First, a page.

The ACT has reported 13 new cases of COVID-19 to 8pm Saturday.
Of the new cases, all are linked to known infections.
Eight were in quarantine for their entire infectious period, but five were infectious in the community.
There are 10 people in hospital with coronavirus, including one in intensive care.
All of the patients - including four people aged under 40 - were unvaccinated.
A total of 250 cases have been detected since the start of Canberra's outbreak, although 20 of those people have now recovered.
ACT chief health officer Kerryn Coleman revealed on Sunday that a person unknowingly infectious with Covid had visited the Ainslie Village social housing complex.
The number of people in mandatory quarantine has dropped to around 800, down from nearly 20,000 in the early days of Canberra's lockdown.
Chief Minister Andrew Barr believed Canberra was "on the path" to quashing the Covid cluster.
But he warned that even if this outbreak was brought under control, the ACT would have to tread carefully through the spring months amid the persistent threat of further cases seeping into territory from NSW.
"We are still exposed to a new spark, another wave of the virus coming to the ACT," Mr Barr said.
"Whatever we do, we're going to have to be very careful and measured in our response over the next three months. It remains the case that spring is going to be difficult, because we're going to be balancing a reality that our population is still not a sufficiently vaccinated.
"We will need to have the other measures in place, including public health restrictions and directions in order to protect the unvaccinated.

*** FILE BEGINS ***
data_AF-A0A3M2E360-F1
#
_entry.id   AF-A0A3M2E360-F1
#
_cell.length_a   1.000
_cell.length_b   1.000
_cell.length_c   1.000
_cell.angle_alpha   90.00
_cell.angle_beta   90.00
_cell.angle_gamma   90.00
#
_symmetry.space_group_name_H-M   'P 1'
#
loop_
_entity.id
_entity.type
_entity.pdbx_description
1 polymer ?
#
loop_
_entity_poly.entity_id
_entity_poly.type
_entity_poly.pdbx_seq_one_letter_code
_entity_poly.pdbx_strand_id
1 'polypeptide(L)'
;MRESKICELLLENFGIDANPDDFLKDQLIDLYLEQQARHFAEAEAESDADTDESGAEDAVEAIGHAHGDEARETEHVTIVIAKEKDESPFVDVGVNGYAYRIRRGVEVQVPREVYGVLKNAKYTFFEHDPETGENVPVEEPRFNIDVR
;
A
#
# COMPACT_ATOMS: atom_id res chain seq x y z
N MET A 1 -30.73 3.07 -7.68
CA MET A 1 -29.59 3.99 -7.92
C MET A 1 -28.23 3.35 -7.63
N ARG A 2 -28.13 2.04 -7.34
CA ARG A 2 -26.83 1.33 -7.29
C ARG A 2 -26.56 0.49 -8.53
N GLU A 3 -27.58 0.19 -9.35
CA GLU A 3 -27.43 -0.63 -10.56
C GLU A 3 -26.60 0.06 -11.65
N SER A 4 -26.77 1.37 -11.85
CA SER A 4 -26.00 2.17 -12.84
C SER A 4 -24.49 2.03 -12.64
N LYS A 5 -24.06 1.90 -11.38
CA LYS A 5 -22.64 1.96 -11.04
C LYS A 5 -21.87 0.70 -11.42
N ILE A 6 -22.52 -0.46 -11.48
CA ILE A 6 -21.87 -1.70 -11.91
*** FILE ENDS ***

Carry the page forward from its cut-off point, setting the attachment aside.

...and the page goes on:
Mr Barr said about 65 per cent of Canberra residents aged over 16 had received one dose of the vaccine, with coverage of the over-12s population eclipsing 60 per cent.
The ACT will depart from the national plan and count young adolescent towards its 70 and 80 per cent vaccination targets.
Enforcement of the ACT's public health directions has ramped up over the weekend.
Mr Barr said ACT Policing had ordered 17 drivers to leave the ACT after stopping more than 520 cars. Police had issued two cautions after receiving some 88 complaints.
Access Canberra reported strong compliance with new click-and-collect rules after visiting more than 110 venues.
The ACT had reported 26 new cases to 8pm on Friday, with the overwhelming majority linked to existing outbreaks or cases.
ACT government-run testing clinics had minimal wait times on Sunday morning, ACT Health said.
ACT chief health officer Dr Kerryn Coleman on Saturday said she was "very comfortable" with the trajectory of the outbreak but cautioned almost one-third of people were not in quarantine while infectious.
"We fully expected when we saw the large number of exposure sites that came out of our initial first few cases that we would see numbers rise up, that we would see a plateau and it will take a little while before we would start to see those fall," Dr Coleman said.
"I'm very comfortable with where we're at at the moment, but a note of caution that we still are seeing approximately a third of all new cases that are infectious in the community for some proportion of time."
READ MORE COVID-19 NEWS:
Another 6.5-hour period at a Ngunnawal restaurant linked to three COVID-19 cases has been added to Canberra's growing list of exposure venues.
Anyone who was at Mirchi Indian Cuisine from 4pm to 10:30pm on August 24 will have to self-isolate for 14 days regardless of their test result after the restaurant was declared a close-contact exposure site.
The Riley Close restaurant had already been listed as a close contact site from 2pm to 10pm on August 22 and 4pm to 10.30pm on August 23.
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